MortgageMortgage RatesReal Estate

The mortgage rate pendulum swings yet again

Optimistic traders are taking off their rose-tinted glasses and getting reaccustomed to high-rate realities

Expect 2024 to be mildly better than 2023 with mortgage rates falling in the second half of the year, housing experts opined in their forecasts at the end of the year.

Cuts to the Federal funds rate (and subsequently to mortgage rates) are imminent, traders enthused after December’s meeting of the Federal Open Market Committee in which committee members predicted three rate cuts in 2024. Some experts forecasted as many as six rate cuts in the year based on this news.

Rate cuts are still coming, just not in March, traders and market experts reasoned more recently as the economy continued to run hot.

And now on the heels of reports of stronger than expected jobs growth and stickier than anticipated inflation, the market’s shift from optimism to pessimism over rate cuts is complete. Some even expect rate hikes before rate cuts.

The pessimism is visible in mortgage rates. Freddie Mac‘s weekly Primary Mortgage Market Survey is climbing back towards 7%. HousingWire’s Mortgage Rate Center, which relies on data from Polly, is already above 7.2%. Rates were as low as 6.91% for Polly and 6.64% for Freddie as recently as February. On Tuesday, they reached 7.50% on Mortgage News Daily, a high for this year.

Mortgage rates hold major power in the housing industry; most importantly, high rates exacerbate the current affordability crisis by walloping the buying power of would-be buyers and discouraging some would-be sellers – those with low, fixed-rate mortgages – from listing their homes, a drain on available inventories.

Rising rates are already having visible effects. For example, the Mortgage Bankers Association‘s purchase index, which represents all mortgage applications for the purchase of single-family homes, has fallen for four straight weeks.

The market yield on a 10-year Treasury security, a product that often correlates with the movements of mortgage rates, hit 4.56% last week, its highest level since November of last year, before the market’s rate-cut bullishness began. That is a sign that traders expect high interest rates for longer – possibly even rate hikes before we see rate cuts.

All this leaves housing professionals once again fighting for their share of shrinking pies – as we have observed with recently released mortgage data and RealTrends Verified’s brokerage data, as well as deeper dives on the brokerage landscapes in Jacksonville and San Diego.

It is unsurprising, then, that real estate stocks have suffered since the FOMC’s March meeting and the recent job and inflation reports. That includes the nation’s top homebuilders (DR Horton and Lennar), mortgage originators (United Wholesale Mortgage and Rocket Mortgage), brokerages (Anywhere and Compass) and residential search portals (Zillow and CoStar, which owns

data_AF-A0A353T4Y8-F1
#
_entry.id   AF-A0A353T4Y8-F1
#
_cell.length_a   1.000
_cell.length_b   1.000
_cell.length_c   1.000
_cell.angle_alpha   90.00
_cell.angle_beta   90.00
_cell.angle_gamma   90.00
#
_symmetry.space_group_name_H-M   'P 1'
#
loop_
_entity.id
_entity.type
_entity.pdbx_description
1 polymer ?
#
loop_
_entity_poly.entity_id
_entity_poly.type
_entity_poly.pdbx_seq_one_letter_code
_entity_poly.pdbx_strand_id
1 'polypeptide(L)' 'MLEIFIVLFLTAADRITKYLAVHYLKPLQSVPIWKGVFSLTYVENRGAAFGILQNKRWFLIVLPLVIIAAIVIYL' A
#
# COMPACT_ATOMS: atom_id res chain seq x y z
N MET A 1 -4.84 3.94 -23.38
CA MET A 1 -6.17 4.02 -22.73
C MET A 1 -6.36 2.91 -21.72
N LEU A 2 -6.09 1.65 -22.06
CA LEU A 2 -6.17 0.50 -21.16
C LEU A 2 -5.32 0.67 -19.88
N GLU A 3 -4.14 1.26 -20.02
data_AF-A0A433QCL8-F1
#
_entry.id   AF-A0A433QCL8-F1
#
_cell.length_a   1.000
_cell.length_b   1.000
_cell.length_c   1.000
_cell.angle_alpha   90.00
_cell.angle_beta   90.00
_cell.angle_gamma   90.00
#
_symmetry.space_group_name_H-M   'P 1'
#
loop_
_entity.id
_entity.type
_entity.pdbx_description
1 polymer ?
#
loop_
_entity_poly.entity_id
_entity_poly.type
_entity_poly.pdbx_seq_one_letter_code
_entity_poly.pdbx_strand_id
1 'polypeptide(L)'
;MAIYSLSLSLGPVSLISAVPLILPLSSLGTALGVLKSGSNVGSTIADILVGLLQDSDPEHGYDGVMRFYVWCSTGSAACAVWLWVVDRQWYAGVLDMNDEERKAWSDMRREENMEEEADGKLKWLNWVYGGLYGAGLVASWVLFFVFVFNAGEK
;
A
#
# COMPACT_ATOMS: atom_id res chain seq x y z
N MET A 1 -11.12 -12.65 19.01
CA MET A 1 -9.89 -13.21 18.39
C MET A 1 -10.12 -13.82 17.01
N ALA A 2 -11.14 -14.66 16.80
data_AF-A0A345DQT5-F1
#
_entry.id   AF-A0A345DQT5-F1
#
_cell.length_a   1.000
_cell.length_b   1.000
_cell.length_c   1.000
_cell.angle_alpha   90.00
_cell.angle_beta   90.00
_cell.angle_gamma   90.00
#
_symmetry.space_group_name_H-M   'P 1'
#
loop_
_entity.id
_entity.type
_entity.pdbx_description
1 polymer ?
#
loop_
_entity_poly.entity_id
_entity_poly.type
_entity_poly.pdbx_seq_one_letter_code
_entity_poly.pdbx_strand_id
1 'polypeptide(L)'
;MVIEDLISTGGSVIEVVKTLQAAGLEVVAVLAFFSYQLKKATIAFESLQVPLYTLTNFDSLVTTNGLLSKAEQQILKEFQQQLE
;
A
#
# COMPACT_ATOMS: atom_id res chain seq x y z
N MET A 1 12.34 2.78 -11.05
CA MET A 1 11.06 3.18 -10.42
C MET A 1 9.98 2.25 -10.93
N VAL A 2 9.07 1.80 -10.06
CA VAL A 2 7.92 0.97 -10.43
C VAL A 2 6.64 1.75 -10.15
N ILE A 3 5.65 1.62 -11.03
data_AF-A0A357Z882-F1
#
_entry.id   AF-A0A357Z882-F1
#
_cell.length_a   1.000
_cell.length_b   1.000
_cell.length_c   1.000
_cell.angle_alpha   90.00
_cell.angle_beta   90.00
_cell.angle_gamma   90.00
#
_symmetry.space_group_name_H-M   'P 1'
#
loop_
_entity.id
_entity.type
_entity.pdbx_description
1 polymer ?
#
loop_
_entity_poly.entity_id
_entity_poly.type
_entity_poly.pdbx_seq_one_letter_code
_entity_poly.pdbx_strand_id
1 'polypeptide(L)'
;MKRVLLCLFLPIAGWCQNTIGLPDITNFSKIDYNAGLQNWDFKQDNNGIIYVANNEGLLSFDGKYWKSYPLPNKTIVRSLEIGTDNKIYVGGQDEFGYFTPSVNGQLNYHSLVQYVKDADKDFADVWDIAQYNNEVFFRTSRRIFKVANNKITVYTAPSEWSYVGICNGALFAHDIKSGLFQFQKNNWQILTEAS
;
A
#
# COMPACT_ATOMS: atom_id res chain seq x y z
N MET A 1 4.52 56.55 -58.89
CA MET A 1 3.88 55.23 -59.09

There are other dynamics at play for some of these companies, however.

The brokerages are also contending with the rule changes included in a proposed settlement by the National Association of Realtors; some investors also believe those rule changes advantage CoStar at the expense of Zillow.

UWM, meanwhile, is contending with a scathing investigative report by a hedge-fund-affiliated news organization whose hedge fund shorted UWM and went long on Rocket; it is also dealing with pending litigation. UWM denies the allegations made in the report.

High mortgage rates, fewer mortgage applications and fewer home sales are unfortunately not the only effects housing professionals could see from a more prolonged high-rate environment. There are also spillover effects from other industries, especially office real estate.

Regional banks – which traditionally have been major residential mortgage originators – went big on commercial real estate loans as larger banks scaled back in this area in recent years. That increased their exposure to downtown office towers, which have seen an exodus of tenants and a bottoming out of appraised values just as a record $2.2 trillion in commercial real estate debt comes due over the next few years.

That ties up capital that could otherwise flow to residential mortgages and in some cases stresses banks like New York Community Bank, parent of Flagstar Bank — the 7th-largest bank originator of residential mortgages, 5th-largest sub-servicer of mortgage loans and the 2nd-largest mortgage warehouse lender in the country.

Homebuilders, too, feel the effects of prolonged high rates. Although homebuilder confidence is still up significantly since last fall, new housing starts are slowing. The dim prospects for homebuyers have turned some investors to the nascent build-to-rent sector, essentially a bet that high rates are here to stay for long enough that would-be buyers are now would-be renters.

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